Newspapers will Achieve only modest advertising growth in 2007 as circulation woes continue, although the same online phenomenon sapping readership should boost revenue from Web ads, according to forecasters.

Predictions of newspaper ad growth sampled by Mediaweek ranged from 0.9 percent to 2.6 percent. The range reflects differing expectations in the face of uncertain economic trends, such as the prospects for a real estate bust, lackluster job growth and turmoil in the automobile market. Continued consolidation among national retailers, weakness in movie box office and struggling airlines do little to brighten the picture.

“The tiny bit of good news is the online business, (but) it pales in terms of total dollars,” says Jim Rutherfurd, executive vp and managing director, Veronis Suhler Stevenson, which in its annual analysis notes that online advertising jumped nearly 55 percent from 2004 to 2005. “Many papers with flat or declining print ad spending found that online advertising had become a growth engine.”

Others share that optimism. According to PricewaterhouseCoopers LLP, newspaper Web site advertising will more than triple over the next five years, generating 45 percent of the growth in total newspaper advertising. Web advertising now makes up about 5 percent of newspaper ad spending, says David Moss, director, entertainment and media practice at Pricewaterhouse, who predicts that “it’ll ultimately get to 10 [percent] or 12 percent of the total.”

The Newspaper Association of America, a non-profit group that represents daily newspapers, estimates that online advertising will represent more than 6 percent of newspaper revenue next year. “That will push overall ad spending in print and online up 2.6 percent” over this year’s level, Jim Conaghan, vp of business analysis and research, wrote in the September edition of the NAA magazine Presstime.

Veronis Suhler estimates overall ad growth for newspapers in 2007 at 0.9 percent, and PwC issued a prediction of 1.9 percent. Such growth rates are not stellar. Over the same period, the national economy and spending on communications are likely to increase by more than 6 percent, according to Veronis.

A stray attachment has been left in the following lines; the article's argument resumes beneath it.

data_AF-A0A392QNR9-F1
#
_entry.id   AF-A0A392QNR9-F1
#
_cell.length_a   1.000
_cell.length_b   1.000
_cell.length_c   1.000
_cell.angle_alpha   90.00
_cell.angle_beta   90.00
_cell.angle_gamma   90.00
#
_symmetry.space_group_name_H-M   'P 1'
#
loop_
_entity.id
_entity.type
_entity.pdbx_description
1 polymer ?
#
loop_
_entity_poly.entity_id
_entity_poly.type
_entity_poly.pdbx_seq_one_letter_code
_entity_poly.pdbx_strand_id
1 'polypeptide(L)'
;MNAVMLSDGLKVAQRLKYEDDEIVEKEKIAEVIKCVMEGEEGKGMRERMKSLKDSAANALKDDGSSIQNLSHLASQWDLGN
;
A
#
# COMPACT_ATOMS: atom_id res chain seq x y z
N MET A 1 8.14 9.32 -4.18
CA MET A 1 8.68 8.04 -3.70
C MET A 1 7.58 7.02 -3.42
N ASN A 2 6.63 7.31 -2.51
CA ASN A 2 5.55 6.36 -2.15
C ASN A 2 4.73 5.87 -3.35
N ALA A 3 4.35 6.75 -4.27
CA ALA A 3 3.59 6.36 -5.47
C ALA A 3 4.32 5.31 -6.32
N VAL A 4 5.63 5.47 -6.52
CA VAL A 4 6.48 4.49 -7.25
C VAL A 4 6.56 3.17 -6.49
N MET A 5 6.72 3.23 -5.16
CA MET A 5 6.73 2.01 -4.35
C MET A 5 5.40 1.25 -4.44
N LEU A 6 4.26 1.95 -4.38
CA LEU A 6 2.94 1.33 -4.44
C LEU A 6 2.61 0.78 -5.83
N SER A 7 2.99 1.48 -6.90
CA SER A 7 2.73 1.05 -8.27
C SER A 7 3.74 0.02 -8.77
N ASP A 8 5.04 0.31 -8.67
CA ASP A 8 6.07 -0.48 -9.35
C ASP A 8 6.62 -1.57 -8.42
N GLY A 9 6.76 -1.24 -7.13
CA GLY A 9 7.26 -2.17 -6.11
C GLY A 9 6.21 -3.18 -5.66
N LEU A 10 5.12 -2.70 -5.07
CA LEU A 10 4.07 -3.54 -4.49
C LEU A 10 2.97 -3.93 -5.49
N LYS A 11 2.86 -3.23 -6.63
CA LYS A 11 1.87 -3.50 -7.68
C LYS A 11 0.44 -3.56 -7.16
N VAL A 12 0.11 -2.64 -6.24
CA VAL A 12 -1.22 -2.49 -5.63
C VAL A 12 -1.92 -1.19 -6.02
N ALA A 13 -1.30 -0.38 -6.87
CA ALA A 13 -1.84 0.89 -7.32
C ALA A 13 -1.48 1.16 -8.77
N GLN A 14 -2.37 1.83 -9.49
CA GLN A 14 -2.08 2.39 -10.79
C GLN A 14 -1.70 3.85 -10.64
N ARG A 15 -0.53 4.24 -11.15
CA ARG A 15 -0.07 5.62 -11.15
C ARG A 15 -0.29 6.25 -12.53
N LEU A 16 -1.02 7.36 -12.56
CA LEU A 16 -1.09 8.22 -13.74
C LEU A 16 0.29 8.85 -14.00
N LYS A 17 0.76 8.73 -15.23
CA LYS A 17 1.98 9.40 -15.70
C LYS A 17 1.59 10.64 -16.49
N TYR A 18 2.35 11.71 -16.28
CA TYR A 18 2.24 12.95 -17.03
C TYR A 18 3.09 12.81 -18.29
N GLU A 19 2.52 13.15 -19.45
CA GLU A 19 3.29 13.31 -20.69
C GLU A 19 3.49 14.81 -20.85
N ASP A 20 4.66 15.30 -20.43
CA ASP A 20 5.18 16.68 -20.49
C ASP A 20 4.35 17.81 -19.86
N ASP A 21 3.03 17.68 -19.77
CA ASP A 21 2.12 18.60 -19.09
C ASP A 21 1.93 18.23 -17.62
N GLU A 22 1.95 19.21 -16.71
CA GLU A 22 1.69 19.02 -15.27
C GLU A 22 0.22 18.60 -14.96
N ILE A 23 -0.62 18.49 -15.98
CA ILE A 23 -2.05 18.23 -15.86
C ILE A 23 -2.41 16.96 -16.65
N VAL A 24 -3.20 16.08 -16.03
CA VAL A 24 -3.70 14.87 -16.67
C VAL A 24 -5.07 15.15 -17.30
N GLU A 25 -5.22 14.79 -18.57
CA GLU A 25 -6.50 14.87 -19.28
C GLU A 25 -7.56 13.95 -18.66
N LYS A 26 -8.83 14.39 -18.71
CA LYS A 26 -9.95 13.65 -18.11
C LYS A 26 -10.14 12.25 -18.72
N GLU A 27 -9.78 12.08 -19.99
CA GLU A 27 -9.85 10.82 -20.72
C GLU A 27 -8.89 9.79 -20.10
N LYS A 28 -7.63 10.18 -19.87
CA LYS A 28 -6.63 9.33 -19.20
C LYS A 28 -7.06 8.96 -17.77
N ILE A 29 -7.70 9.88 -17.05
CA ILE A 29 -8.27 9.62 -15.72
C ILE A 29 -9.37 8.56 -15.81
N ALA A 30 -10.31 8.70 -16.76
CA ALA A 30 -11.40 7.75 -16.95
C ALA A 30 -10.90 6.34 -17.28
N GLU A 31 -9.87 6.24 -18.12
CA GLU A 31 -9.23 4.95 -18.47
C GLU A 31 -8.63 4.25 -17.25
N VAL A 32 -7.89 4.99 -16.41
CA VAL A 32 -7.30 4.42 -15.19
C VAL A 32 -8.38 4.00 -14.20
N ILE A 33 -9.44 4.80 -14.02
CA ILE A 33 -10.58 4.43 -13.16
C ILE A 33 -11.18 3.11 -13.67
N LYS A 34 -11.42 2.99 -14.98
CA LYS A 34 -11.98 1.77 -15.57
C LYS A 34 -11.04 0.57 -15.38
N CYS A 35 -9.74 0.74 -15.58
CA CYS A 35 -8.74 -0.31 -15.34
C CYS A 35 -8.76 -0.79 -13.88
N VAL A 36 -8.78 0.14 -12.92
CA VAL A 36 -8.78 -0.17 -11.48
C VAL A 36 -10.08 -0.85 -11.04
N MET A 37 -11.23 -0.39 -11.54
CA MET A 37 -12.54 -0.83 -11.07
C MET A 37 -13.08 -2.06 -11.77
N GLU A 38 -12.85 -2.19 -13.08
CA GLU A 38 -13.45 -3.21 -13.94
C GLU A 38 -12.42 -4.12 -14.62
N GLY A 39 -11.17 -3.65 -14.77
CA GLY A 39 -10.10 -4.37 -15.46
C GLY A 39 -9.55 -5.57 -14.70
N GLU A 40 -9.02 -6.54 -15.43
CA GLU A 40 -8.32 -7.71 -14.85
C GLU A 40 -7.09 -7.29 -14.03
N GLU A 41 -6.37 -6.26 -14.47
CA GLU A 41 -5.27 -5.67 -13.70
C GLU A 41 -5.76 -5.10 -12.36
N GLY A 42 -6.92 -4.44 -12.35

As the figures suggest, only modest growth is expected from the largest single category of newspaper advertising: local display advertising, also known as retail. The category is suffering a headwind from consolidation and closings of department stores—traditionally large newspaper ad buyers. At the same time, discount retailers Costco and Wal-Mart buy few newspaper ads. Growth is expected to be limited for other important components of retail advertising, including furniture, building supplies and financial services. The NAA predicts overall 2 percent growth in retail advertising in 2007; Veronis foresees near stagnation of 0.5 percent positive movement next year, with retail actually falling off in the medium term, shrinking 0.1 percent from 2005 to 2010. PwC foresees 1.3 percent growth in retail in 2007 and for the years 2006 to 2010 overall.

Prospects seem brighter in classified, which is close behind retail as a leading category (together the categories comprise roughly four-fifths of newspaper ad spending). Analysts suggest classified ads could withstand the challenge posed by Web sites such as Craigslist, which offers free listings mainly in major cities. That leaves smaller newspapers under less threat.

Classified is “at the moment doing well, but always under threat from the Internet,” says Veronis’ Rutherfurd. He says many newspapers have done “a good job” to sell online classifieds as they sell traditional print classifieds. PwC’s Moss says newspapers “have the opportunity to dominate” classifieds as they publish the ads online and on paper. “As long as the print market has critical mass, there will always be a market for print classified.” His firm estimates classified growth at 3.1 percent in 2007. Veronis expects 3.3 percent growth; the NAA forecasts 0.8 growth amidst cooling help-wanted and auto markets.

A gloomy outlook surrounds national advertising, which makes up about one-sixth of newspaper ad spending. “It fell off a cliff in ’05 and continues to fall in ’06,” Rutherfurd says. Veronis estimates spending in this category will drop by more than 3 percent each year from 2006 through 2010. Over those same years, PwC foresees modest growth of 1.7 percent. Todd Shields is Washington Editor for Mediaweek.